Is It Mandatory to Go on Medicare When You Turn 65?
- Medicare isn’t mandatory for seniors, though you could face financial penalties if you don’t sign up when you’re first eligible but decide to later. Learn how and why most beneficiaries should think twice before turning down Medicare coverage.
Medicare is not mandatory, though there is very little reason to turn down Medicare coverage if you qualify for premium-free Part A. Most beneficiaries qualify for premium-free Medicare Part A.
There aren’t many circumstances in which it may be beneficial for you to delay Medicare enrollment. You should consider this decision carefully. If you don’t sign up when you’re first eligible for Medicare but then decide to enroll later on, you could potentially face late enrollment penalties, such as the Part A and Part B late enrollment fees.
Why Should I Apply for Medicare?
There are several reasons many people may decide go ahead and enroll in Medicare, including:
- If you qualify for premium-free Medicare Part A but choose to opt out of your coverage, you must also forfeit your Social Security or Railroad Retirement Board benefits. You would also have to pay back any previously received benefits to the government.
Most Medicare beneficiaries don’t pay a premium Part A because they or their spouse worked and paid Medicare taxes for at least 10 years, which qualifies them for premium-free Part A coverage even if they’re currently covered by health insurance offered by their employer.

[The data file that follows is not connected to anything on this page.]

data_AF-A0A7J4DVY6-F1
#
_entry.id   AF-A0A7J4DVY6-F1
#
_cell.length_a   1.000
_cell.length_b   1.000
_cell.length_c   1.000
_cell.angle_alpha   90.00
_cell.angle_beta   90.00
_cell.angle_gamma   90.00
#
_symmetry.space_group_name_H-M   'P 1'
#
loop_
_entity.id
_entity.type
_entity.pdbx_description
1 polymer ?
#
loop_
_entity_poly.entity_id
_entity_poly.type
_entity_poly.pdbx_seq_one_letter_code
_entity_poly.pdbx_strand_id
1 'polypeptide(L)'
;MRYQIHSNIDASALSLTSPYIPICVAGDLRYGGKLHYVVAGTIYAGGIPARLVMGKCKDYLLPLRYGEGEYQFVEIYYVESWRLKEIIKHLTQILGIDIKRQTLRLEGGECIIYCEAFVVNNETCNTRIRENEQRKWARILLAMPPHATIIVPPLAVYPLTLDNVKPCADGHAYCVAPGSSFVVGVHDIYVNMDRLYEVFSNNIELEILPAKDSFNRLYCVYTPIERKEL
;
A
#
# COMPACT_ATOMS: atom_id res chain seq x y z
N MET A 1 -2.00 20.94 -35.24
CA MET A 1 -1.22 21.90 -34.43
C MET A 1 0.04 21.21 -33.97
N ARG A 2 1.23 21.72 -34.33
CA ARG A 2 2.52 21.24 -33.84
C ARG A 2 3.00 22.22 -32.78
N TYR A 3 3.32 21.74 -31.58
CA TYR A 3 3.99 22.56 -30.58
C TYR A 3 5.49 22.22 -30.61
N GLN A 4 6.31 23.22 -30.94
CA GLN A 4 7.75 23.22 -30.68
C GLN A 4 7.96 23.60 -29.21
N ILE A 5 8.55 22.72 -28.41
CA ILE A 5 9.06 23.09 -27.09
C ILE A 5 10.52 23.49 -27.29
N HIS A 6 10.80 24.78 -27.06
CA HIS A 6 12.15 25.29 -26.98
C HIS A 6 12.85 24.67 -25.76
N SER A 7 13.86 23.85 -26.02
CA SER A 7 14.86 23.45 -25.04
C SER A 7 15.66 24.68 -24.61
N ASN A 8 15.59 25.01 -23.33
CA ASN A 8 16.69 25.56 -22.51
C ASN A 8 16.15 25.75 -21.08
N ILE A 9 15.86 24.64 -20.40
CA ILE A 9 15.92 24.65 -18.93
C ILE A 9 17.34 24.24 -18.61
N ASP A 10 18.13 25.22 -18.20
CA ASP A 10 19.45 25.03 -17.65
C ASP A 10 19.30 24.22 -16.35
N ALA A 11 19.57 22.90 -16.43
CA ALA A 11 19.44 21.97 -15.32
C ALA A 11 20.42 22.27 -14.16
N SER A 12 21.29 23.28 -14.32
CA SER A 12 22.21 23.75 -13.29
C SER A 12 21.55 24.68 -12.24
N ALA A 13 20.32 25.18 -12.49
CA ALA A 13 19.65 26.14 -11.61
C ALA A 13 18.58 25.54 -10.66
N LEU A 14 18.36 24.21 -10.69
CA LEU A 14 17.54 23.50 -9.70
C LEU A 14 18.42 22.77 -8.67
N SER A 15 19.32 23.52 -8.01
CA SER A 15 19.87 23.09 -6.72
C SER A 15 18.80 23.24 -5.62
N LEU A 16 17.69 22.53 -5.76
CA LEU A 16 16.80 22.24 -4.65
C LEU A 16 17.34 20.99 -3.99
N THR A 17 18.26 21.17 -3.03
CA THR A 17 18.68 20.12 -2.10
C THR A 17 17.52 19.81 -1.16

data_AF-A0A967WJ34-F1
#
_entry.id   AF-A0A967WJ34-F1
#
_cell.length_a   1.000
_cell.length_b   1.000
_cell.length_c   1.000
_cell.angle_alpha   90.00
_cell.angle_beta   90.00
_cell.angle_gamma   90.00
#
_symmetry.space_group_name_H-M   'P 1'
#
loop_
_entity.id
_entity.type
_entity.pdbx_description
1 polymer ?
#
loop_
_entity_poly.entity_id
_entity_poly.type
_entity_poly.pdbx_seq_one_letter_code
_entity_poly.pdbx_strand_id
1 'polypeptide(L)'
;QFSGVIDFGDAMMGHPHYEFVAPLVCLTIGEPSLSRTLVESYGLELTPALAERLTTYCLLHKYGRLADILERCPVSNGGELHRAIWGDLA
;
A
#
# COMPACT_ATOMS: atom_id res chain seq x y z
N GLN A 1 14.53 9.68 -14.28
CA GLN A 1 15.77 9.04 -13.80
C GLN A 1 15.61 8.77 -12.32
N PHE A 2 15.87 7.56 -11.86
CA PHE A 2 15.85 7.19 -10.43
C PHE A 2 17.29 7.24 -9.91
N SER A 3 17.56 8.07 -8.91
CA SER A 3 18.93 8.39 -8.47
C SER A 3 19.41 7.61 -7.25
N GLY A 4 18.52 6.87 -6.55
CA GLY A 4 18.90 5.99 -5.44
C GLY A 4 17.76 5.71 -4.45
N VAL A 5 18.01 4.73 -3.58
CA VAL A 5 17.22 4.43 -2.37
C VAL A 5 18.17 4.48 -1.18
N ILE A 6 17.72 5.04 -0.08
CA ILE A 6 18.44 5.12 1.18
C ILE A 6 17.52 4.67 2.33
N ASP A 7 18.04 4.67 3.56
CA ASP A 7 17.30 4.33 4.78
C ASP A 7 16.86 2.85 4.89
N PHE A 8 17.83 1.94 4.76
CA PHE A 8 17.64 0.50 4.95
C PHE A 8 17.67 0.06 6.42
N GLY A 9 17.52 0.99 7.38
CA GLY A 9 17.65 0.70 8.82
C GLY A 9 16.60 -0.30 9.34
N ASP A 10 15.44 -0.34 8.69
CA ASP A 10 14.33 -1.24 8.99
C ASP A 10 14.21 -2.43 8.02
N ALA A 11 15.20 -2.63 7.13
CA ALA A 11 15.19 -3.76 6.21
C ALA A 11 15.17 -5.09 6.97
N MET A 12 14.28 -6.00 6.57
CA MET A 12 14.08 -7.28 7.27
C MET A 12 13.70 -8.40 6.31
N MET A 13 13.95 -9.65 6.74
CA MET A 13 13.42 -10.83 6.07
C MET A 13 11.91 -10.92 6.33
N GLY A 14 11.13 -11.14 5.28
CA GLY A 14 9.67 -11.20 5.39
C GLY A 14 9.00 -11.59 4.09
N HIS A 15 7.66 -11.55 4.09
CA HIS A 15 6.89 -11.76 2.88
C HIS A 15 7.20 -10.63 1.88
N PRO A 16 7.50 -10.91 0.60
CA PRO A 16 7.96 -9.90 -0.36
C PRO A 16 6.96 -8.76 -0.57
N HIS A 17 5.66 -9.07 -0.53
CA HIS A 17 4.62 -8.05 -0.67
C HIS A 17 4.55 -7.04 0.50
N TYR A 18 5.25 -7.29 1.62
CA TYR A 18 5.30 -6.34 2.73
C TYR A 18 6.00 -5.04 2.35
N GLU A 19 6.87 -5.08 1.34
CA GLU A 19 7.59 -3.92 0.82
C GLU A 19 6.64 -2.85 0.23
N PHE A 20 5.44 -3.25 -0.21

- Medicare works with other types of insurance and can supplement your existing coverage. Being enrolled in Medicare will not prevent you from maintaining other forms of coverage, such as employer-provided health insurance or health insurance benefits provided through the Veteran’s Administration.
For example, let’s say you are not retiring at age 65 and will continue enrollment in your company’s health insurance plan. If your employer has 20 or more employees, the group health plan is the primary payer for your covered health expenses, and Medicare is the secondary payer. This means your employer-provided insurance plan will be the first to contribute to your health care expenses, and then Medicare will swoop in and contribute its share to your remaining covered costs.
If your employer has fewer than 20 employees, Medicare is the primary payer, and your employer health insurance plan is the secondary payer. In this case, Medicare is the first to receive your health care bills and will contribute its share of cost coverage before passing on the remaining covered costs to your employer’s plan to contribute its share. This is also the case for those who are on Medicaid and those who are retired but still maintain a group health plan from their previous employer during retirement.
If you aren’t paying a monthly premium for Medicare Part A (and most people don’t), there aren’t many reasons to not accept Medicare coverage.
This information can be confusing. To help you navigate your enrollment choices, you may want to consult this Medicare Part A and Part B enrollment information sheet from the Centers for Medicare & Medicaid Services (CMS).